10 Years Ago Today (Blackout Toronto)

Blackout!Ten Years ago today, we endured the worst black out in North American history. This is what I wrote when the lights came back on.

24 hours and 12 minutes. That's how long the power was off at my humble abode.

Of course, the worst black out in North American history had to strike just when our food supply was at its lowest. Already due for a trip to the grocery store, it was quite the challenge putting together enough sustenance to satisfy a growing 18 month old and his two hungry parents. Barbecued fish sticks anyone? The bright side is we had very little to throw away when the power finally returned at 4:23 this afternoon.

I did learn a valuable lessen throughout this ordeal. I learned that we're entirely too dependent on electricity for our day to day lives. Heck, my phone wouldn't even work because it's a cordless. No air conditioning, no stove, no microwave, no street lights, no gas station, no lights, no refrigerator, no tv and no computer. How did we survive over 24 hours? Gotta jet...The Simpsons is starting.

What do you remember from the Northeast Blackout of 2003?


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Mississauga Phil

I was cooking on the line at the now defunct Square 1 Keg.

Thankfully, the grill ran off a gas line, so we were able to finish all the existing orders, and processed the payments with the old school "clunk clunk" credit card machines (remember those???)

What was great was that since there was no way to keep the food in back of house from going bad...the GM let us take about $200 worth of steaks home to grill up. He even let us borrow a case of beer to go with it....good times.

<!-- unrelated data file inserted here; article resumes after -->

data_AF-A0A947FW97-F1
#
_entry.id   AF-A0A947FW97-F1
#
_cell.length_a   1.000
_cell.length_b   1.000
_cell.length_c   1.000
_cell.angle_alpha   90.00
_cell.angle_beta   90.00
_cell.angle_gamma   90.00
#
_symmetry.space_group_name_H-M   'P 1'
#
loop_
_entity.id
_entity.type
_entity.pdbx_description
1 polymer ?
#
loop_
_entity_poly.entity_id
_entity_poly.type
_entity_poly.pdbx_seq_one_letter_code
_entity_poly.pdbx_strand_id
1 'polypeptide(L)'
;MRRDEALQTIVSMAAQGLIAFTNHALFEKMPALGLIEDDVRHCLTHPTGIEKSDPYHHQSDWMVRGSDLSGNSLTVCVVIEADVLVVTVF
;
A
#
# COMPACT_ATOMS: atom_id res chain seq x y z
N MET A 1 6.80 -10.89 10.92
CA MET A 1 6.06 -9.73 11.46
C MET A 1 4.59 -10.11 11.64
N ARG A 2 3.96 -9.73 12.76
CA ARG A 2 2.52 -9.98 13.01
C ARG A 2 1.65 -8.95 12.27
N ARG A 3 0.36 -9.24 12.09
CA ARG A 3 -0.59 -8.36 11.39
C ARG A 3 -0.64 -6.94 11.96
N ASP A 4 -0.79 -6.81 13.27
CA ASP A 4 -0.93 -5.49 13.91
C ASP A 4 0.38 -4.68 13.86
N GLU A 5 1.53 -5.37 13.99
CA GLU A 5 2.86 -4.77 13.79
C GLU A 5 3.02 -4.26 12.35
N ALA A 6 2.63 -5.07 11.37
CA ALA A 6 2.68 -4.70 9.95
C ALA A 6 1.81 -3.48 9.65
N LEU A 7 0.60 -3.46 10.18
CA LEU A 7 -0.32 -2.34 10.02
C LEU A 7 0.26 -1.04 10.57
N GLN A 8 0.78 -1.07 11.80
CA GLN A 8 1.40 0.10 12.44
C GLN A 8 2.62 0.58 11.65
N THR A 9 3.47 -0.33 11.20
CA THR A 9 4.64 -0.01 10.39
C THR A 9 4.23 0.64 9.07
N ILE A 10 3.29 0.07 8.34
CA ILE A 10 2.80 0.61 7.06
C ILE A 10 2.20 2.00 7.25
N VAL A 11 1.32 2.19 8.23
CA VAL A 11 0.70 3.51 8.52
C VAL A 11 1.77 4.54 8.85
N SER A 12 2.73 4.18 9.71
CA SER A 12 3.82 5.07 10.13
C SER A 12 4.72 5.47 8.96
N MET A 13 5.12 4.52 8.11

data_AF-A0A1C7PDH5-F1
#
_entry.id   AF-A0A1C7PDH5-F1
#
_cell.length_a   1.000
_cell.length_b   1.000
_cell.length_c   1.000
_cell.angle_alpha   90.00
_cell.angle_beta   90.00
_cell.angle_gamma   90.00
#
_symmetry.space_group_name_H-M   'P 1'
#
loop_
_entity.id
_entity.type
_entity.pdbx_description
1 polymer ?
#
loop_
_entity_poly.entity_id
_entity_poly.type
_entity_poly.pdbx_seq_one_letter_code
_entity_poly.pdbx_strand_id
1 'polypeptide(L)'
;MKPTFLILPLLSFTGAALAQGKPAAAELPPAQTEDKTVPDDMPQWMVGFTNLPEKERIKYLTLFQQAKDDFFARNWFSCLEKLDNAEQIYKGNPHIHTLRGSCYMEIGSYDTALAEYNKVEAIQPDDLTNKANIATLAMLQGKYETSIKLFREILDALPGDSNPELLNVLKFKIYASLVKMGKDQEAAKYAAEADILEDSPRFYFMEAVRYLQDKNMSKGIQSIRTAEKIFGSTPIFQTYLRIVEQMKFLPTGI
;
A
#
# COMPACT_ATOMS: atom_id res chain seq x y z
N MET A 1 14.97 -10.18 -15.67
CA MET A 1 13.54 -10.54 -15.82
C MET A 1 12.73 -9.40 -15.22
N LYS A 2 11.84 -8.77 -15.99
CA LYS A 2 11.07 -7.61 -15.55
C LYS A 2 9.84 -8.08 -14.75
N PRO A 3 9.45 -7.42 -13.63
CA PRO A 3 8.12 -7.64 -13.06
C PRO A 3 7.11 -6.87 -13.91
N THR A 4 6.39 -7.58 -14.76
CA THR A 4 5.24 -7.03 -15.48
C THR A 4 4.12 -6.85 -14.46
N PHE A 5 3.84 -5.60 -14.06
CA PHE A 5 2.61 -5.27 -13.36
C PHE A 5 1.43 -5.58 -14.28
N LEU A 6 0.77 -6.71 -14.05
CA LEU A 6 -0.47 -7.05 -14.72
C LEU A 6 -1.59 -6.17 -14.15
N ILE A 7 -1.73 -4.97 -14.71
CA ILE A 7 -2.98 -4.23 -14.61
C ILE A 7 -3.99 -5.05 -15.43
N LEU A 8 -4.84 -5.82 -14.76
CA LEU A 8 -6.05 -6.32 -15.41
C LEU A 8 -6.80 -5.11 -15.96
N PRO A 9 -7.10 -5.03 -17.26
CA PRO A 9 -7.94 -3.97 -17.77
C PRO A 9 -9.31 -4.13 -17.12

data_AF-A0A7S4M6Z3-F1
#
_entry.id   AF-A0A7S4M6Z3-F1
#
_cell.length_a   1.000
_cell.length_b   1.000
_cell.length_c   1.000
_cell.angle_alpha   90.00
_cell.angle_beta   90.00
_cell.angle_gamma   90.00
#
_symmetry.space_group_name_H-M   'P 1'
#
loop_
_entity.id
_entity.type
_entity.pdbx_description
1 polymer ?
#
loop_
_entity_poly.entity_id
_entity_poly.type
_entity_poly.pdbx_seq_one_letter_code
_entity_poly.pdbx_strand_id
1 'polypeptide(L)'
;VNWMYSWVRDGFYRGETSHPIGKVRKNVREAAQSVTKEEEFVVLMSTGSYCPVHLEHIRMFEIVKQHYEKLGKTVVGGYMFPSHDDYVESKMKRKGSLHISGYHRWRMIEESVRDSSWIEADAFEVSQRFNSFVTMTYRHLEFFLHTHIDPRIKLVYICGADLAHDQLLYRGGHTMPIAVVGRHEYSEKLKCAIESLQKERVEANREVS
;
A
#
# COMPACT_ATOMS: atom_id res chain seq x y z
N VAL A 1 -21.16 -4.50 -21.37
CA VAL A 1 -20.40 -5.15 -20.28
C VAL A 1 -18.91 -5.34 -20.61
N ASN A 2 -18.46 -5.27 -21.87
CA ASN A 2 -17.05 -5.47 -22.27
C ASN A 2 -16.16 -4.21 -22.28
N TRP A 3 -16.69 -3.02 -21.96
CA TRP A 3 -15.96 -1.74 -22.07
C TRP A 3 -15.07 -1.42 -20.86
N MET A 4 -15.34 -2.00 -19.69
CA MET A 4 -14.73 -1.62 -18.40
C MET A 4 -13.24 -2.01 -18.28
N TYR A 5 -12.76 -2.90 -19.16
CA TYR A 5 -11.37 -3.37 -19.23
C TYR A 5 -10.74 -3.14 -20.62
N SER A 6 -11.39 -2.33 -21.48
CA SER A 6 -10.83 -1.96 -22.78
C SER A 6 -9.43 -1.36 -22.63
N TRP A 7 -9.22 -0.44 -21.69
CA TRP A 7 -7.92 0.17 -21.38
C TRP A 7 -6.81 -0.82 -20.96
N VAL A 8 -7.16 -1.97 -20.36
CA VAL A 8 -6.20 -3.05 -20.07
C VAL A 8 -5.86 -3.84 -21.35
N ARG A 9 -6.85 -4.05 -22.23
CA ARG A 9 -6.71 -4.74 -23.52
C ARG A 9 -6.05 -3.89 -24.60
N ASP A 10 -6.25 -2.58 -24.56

August 14, 2013 @ 9:34 AM

TheSweaterTuck

Remember when we used to say, "gotta jet"? Seems weird now...does anyone still use this?

August 14, 2013 @ 9:40 AM

Andrew

I was living in New Toronto at the time around the Shore and I had just pulled out of Costco on the Queensway and was heading to get gas when I noticed all the lights were out... all of them. Islington, all along the Way and so I decided to get off and backroad it back to the Shore. Turned on the radio to hear hash and that's when I knew something was wrong.

My wife was doing PR from the Metropolitan Hotel and we couldn't get a hold of each other - damn thing was she was three months pregnant and we had planned to tell our parents the next day at a family BBQ. Turns out, the Met was the only hotel in the area that had power and so she ended up having to stay over and help feed people as the restaurant was packed to rafters. So, my neighbours and I got together, unloaded the freezers and used my BBQ to cook up a feast and we all sat around and listened to how quiet the city was and watch the stars. It was an amazing night to be honest and around 12am after she and some friends were able to catch a cab home.

Next morning, we got up and found a gas station at the corner of Evans and Browns Line that was open and it took us 45 minutes to get gas, but we got up north and were able to surprise my parents with the news of their eventual grandson.

I remember it like it was yesterday!

Cheers!
Andrew

August 14, 2013 @ 10:26 AM

Teena in Toronto

It gave us a chance to get to know our neighbours.

August 14, 2013 @ 10:35 AM

RS

I was working at an Promotions/Events company out by Primrose. Was in a meeting, and remember 'hearing' the power spike before it died out. We all first thought nothing of it, figuring the power would come back within a half hour or so. But when someone pulled out an AM radio and we heard that it was the 'entire Eastern seaboard' we knew it wasnt a regular 'power outage'.